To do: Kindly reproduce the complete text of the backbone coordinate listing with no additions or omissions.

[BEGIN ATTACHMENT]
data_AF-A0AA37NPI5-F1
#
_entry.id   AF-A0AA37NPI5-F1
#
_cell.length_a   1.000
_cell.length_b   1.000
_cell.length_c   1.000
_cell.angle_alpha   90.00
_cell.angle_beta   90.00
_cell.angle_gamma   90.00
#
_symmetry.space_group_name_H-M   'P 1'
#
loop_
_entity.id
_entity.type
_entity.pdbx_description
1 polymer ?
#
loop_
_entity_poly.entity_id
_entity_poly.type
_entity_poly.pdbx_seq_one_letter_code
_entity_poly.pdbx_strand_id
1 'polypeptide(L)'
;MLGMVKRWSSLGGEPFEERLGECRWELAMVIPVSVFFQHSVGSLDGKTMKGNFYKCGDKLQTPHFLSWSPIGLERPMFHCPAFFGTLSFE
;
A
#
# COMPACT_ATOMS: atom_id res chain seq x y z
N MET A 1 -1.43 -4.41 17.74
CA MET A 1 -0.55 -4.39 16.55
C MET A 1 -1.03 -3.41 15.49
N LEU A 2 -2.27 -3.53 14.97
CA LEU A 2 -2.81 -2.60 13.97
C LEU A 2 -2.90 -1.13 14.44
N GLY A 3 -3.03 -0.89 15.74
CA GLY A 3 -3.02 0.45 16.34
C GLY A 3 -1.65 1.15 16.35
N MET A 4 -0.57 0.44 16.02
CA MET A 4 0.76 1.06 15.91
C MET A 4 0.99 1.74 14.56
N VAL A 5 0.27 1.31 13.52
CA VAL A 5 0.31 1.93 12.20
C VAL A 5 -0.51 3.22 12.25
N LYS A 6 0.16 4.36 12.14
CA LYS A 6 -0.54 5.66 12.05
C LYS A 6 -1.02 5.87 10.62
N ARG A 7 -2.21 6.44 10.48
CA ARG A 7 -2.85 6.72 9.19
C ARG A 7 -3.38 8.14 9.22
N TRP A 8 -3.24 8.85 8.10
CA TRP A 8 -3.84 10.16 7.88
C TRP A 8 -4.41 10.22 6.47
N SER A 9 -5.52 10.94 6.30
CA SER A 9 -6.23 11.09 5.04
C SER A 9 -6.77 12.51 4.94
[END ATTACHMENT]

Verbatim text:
data_AF-A0AA37NPI5-F1
#
_entry.id   AF-A0AA37NPI5-F1
#
_cell.length_a   1.000
_cell.length_b   1.000
_cell.length_c   1.000
_cell.angle_alpha   90.00
_cell.angle_beta   90.00
_cell.angle_gamma   90.00
#
_symmetry.space_group_name_H-M   'P 1'
#
loop_
_entity.id
_entity.type
_entity.pdbx_description
1 polymer ?
#
loop_
_entity_poly.entity_id
_entity_poly.type
_entity_poly.pdbx_seq_one_letter_code
_entity_poly.pdbx_strand_id
1 'polypeptide(L)'
;MLGMVKRWSSLGGEPFEERLGECRWELAMVIPVSVFFQHSVGSLDGKTMKGNFYKCGDKLQTPHFLSWSPIGLERPMFHCPAFFGTLSFE
;
A
#
# COMPACT_ATOMS: atom_id res chain seq x y z
N MET A 1 -1.43 -4.41 17.74
CA MET A 1 -0.55 -4.39 16.55
C MET A 1 -1.03 -3.41 15.49
N LEU A 2 -2.27 -3.53 14.97
CA LEU A 2 -2.81 -2.60 13.97
C LEU A 2 -2.90 -1.13 14.44
N GLY A 3 -3.03 -0.89 15.74
CA GLY A 3 -3.02 0.45 16.34
C GLY A 3 -1.65 1.15 16.35
N MET A 4 -0.57 0.44 16.02
CA MET A 4 0.76 1.06 15.91
C MET A 4 0.99 1.74 14.56
N VAL A 5 0.27 1.31 13.52
CA VAL A 5 0.31 1.93 12.20
C VAL A 5 -0.51 3.22 12.25
N LYS A 6 0.16 4.36 12.14
CA LYS A 6 -0.54 5.66 12.05
C LYS A 6 -1.02 5.87 10.62
N ARG A 7 -2.21 6.44 10.48
CA ARG A 7 -2.85 6.72 9.19
C ARG A 7 -3.38 8.14 9.22
N TRP A 8 -3.24 8.85 8.10
CA TRP A 8 -3.84 10.16 7.88
C TRP A 8 -4.41 10.22 6.47
N SER A 9 -5.52 10.94 6.30
CA SER A 9 -6.23 11.09 5.04
C SER A 9 -6.77 12.51 4.94